This evening we enter the Sacred Triduum or “three days” of our Lord’s passion, death, and resurrection—what we call the Paschal Mystery. However, these events in Jesus’ life are one act, one gesture of love by God. Further, they are not separate from the other events in His life. The Triduum contains Jesus’ whole life, purpose, and desire, which is to draw all people and all creation to the Father.
The part of this single mystery revealed in the Holy Thursday celebration of the Lord’s Supper is Jesus’ desire to remain with us after His death and resurrection and give us the means of coming into union with the Father. At the Last Supper, Jesus took bread and wine, blessed them, gave them to His disciples, and said, ‘This is my Body; this is my Blood. Do this in memory of me.’” He gave Himself physically to his disciples and to all who would later put faith in Him. He was not content to remain with us merely as a memory. He wanted to stay with us as His Body and Blood, as communion.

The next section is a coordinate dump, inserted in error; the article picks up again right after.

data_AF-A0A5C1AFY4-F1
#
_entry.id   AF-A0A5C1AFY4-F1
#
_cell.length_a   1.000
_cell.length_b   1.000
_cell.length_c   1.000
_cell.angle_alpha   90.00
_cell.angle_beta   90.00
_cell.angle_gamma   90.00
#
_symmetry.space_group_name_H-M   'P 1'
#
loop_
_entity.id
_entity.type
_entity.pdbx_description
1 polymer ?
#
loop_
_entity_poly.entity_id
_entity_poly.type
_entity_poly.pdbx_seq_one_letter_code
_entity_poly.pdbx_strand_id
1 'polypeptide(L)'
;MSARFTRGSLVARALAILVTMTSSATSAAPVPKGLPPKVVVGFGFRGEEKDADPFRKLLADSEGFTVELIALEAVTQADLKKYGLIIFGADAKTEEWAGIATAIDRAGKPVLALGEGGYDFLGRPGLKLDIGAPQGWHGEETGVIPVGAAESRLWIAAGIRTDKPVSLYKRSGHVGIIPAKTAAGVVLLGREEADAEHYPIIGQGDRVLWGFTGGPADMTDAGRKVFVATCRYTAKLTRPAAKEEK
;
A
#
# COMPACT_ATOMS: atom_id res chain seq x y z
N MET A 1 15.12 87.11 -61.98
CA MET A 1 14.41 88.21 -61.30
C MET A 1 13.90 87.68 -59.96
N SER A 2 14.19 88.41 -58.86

The Eucharist is the way that we get God’s life and love into our bloodstream. And it needs to get into our whole body, not just our minds. We have to receive the truth of God’s love into our bodies and demonstrate it with our lives. We have to be washed by the truth, fed on it, let it soak into our skin, make it part of ourselves.
In the Eucharist, we don’t just hear about Christ’s saving death; we experience it. We offer Christ to the Father and receive Him back as life-giving food. We become Christ’s very Body, the Church. What happens in the Eucharist is astounding and remarkable, but it takes time for this reality to sink in and become a part of us. It takes time for our selfishness, pride, and arrogance to be gradually worn away and replaced by the experience of God’s love and the willingness to serve one another. Eventually, others see the change in the way we live, especially in the way we love.
Reflection by Abbot Benedict Neenan, OSB